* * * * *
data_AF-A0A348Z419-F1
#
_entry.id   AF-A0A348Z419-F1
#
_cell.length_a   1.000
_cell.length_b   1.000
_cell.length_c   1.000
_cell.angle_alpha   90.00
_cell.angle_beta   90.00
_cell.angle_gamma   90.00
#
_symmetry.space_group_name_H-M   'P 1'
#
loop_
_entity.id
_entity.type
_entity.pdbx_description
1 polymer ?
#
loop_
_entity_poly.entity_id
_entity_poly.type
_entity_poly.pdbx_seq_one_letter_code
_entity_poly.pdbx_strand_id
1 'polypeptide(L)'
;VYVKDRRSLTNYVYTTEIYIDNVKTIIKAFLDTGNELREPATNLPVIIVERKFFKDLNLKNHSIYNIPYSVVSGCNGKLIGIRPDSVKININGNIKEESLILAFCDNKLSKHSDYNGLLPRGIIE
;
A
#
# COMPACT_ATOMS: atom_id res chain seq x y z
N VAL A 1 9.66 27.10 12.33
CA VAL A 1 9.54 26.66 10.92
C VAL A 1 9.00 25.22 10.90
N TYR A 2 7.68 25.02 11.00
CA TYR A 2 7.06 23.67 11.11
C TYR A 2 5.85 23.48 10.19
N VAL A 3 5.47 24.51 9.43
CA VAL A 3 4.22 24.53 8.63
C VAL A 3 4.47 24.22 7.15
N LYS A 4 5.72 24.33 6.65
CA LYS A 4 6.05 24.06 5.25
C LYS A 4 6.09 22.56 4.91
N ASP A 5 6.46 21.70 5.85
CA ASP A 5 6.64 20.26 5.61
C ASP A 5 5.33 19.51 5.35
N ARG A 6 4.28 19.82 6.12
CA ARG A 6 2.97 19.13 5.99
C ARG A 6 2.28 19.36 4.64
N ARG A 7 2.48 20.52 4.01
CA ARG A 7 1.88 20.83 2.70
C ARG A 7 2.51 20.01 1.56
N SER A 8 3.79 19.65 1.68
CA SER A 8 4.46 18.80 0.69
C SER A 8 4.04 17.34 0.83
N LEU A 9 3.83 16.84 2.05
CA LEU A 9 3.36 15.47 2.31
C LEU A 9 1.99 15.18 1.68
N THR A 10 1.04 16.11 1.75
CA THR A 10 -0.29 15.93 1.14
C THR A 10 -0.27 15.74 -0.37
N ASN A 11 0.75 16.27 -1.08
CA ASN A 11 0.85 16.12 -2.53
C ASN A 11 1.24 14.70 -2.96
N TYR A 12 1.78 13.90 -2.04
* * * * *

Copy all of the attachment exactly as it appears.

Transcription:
data_AF-A0A348Z419-F1
#
_entry.id   AF-A0A348Z419-F1
#
_cell.length_a   1.000
_cell.length_b   1.000
_cell.length_c   1.000
_cell.angle_alpha   90.00
_cell.angle_beta   90.00
_cell.angle_gamma   90.00
#
_symmetry.space_group_name_H-M   'P 1'
#
loop_
_entity.id
_entity.type
_entity.pdbx_description
1 polymer ?
#
loop_
_entity_poly.entity_id
_entity_poly.type
_entity_poly.pdbx_seq_one_letter_code
_entity_poly.pdbx_strand_id
1 'polypeptide(L)'
;VYVKDRRSLTNYVYTTEIYIDNVKTIIKAFLDTGNELREPATNLPVIIVERKFFKDLNLKNHSIYNIPYSVVSGCNGKLIGIRPDSVKININGNIKEESLILAFCDNKLSKHSDYNGLLPRGIIE
;
A
#
# COMPACT_ATOMS: atom_id res chain seq x y z
N VAL A 1 9.66 27.10 12.33
CA VAL A 1 9.54 26.66 10.92
C VAL A 1 9.00 25.22 10.90
N TYR A 2 7.68 25.02 11.00
CA TYR A 2 7.06 23.67 11.11
C TYR A 2 5.85 23.48 10.19
N VAL A 3 5.47 24.51 9.43
CA VAL A 3 4.22 24.53 8.63
C VAL A 3 4.47 24.22 7.15
N LYS A 4 5.72 24.33 6.65
CA LYS A 4 6.05 24.06 5.25
C LYS A 4 6.09 22.56 4.91
N ASP A 5 6.46 21.70 5.85
CA ASP A 5 6.64 20.26 5.61
C ASP A 5 5.33 19.51 5.35
N ARG A 6 4.28 19.82 6.12
CA ARG A 6 2.97 19.13 5.99
C ARG A 6 2.28 19.36 4.64
N ARG A 7 2.48 20.52 4.01
CA ARG A 7 1.88 20.83 2.70
C ARG A 7 2.51 20.01 1.56
N SER A 8 3.79 19.65 1.68
CA SER A 8 4.46 18.80 0.69
C SER A 8 4.04 17.34 0.83
N LEU A 9 3.83 16.84 2.05
CA LEU A 9 3.36 15.47 2.31
C LEU A 9 1.99 15.18 1.68
N THR A 10 1.04 16.11 1.75
CA THR A 10 -0.29 15.93 1.14
C THR A 10 -0.27 15.74 -0.37
N ASN A 11 0.75 16.27 -1.08
CA ASN A 11 0.85 16.12 -2.53
C ASN A 11 1.24 14.70 -2.96
N TYR A 12 1.78 13.90 -2.04